It’s that time of year: Bicyclists young and old are lubing chains and dusting off cheap supermarket bikes, top-of-the line Treks and everything in between.
A bike, of course, offers a way to get exercise, reduce your carbon footprint or just have fun. But biking activity, in large part, is driven by the pedaling opportunities available in your community. And just about no matter where you are in the United States, the opportunities available aren’t going to change much in the near future, according to a cycling group’s analysis.
“States are not planning to spend all that much on biking and walking over the next four years,” said Ken McLeod, a legal specialist for Advocacy Advance, a partnership between the League of American Bicyclists and the Alliance for Biking & Walking.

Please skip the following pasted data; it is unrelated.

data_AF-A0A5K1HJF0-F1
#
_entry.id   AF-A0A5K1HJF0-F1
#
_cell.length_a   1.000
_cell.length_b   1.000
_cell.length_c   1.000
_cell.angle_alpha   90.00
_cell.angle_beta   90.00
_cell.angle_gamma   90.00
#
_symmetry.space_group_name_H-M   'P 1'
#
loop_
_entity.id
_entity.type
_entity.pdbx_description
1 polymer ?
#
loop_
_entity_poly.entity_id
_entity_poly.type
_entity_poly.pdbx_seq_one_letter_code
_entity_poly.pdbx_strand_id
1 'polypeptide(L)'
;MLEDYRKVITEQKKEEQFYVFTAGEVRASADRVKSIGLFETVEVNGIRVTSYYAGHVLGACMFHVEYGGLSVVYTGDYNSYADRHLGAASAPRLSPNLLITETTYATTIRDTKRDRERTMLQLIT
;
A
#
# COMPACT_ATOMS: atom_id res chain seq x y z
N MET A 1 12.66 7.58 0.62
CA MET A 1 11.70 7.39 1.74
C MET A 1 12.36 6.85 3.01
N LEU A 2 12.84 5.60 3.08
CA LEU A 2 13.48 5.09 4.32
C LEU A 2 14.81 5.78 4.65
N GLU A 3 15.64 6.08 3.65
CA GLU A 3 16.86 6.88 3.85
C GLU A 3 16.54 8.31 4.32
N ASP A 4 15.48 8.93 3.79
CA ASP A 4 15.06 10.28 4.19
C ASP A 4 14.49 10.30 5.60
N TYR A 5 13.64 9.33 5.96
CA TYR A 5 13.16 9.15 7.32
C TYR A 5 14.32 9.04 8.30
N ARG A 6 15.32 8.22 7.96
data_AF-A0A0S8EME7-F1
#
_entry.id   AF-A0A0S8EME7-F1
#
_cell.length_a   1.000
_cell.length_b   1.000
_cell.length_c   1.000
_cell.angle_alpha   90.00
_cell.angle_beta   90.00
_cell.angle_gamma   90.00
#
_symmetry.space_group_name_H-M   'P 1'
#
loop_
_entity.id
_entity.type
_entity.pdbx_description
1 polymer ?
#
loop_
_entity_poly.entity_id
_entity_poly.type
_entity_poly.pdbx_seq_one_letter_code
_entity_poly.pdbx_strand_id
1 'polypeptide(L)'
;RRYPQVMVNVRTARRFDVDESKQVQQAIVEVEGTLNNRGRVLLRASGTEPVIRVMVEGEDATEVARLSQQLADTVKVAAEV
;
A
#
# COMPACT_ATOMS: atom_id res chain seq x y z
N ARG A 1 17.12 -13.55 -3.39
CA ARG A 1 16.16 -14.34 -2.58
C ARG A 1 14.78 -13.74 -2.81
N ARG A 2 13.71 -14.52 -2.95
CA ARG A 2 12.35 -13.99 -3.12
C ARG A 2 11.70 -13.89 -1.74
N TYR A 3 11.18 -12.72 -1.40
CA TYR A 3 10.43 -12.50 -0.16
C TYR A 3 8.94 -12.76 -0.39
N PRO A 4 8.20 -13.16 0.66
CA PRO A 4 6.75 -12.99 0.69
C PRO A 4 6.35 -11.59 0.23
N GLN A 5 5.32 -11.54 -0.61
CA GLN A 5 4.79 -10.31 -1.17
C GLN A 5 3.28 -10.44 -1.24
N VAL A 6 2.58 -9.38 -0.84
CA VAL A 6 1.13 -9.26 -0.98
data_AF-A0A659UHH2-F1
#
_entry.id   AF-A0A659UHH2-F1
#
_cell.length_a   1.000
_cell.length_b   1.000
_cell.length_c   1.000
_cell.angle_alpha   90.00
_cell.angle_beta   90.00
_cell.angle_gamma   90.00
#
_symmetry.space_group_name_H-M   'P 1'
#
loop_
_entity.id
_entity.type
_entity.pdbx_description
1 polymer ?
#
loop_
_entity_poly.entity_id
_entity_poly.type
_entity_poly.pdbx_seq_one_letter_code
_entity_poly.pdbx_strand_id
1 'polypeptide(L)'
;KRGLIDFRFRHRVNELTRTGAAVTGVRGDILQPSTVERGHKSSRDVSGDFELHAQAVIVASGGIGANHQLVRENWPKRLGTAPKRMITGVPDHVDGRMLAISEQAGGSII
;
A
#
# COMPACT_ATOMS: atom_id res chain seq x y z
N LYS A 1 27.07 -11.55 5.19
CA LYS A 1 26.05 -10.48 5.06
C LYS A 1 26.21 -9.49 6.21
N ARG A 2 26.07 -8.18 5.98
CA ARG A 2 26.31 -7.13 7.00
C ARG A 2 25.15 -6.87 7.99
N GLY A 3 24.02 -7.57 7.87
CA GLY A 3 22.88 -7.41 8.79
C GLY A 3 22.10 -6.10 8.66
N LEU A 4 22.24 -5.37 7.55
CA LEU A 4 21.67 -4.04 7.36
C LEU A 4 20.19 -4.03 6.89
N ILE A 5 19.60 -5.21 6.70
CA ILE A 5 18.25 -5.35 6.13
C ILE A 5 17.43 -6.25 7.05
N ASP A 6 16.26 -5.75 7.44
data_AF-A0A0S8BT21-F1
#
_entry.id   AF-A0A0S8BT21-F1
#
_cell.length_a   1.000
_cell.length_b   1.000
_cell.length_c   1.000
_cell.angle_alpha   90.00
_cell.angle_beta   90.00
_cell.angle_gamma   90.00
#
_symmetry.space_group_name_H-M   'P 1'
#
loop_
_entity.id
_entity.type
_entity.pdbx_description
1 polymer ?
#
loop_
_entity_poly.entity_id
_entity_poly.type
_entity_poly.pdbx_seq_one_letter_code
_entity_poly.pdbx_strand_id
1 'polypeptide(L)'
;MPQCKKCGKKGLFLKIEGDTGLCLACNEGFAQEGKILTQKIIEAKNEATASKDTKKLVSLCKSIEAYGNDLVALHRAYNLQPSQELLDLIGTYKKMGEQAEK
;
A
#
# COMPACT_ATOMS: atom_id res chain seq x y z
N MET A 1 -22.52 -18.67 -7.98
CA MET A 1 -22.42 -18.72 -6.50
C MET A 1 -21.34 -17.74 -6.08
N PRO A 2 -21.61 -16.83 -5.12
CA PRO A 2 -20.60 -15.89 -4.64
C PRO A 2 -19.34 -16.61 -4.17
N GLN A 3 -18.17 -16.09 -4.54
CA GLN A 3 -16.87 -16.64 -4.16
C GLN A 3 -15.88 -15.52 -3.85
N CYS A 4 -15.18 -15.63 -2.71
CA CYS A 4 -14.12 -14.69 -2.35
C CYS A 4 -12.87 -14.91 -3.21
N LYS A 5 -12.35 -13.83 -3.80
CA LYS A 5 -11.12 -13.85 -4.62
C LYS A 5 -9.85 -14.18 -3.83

The group assessed transportation spending in all 50 states, looking at projects on the books over the next four years and costing a total of $697 billion in mostly federal money. Bike and pedestrian-only projects slated for the next four years account for $5.5 billion of that total, less than 8 percent.
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Something for bikers
The 112-page report, Lifting the Veil on Bicycle and Pedestrian Spending, also cast a wider net, looking at road projects that included a bike or pedestrian element, such as a bike lane.
Washington, Maryland, Alaska, Massachusetts and New Jersey lead the nation in that category. Washington tops the list, with 27.1 percent of all planned project spending offering something for bikers or pedestrians, according to the 112-page analysis by the cyclists’ league.
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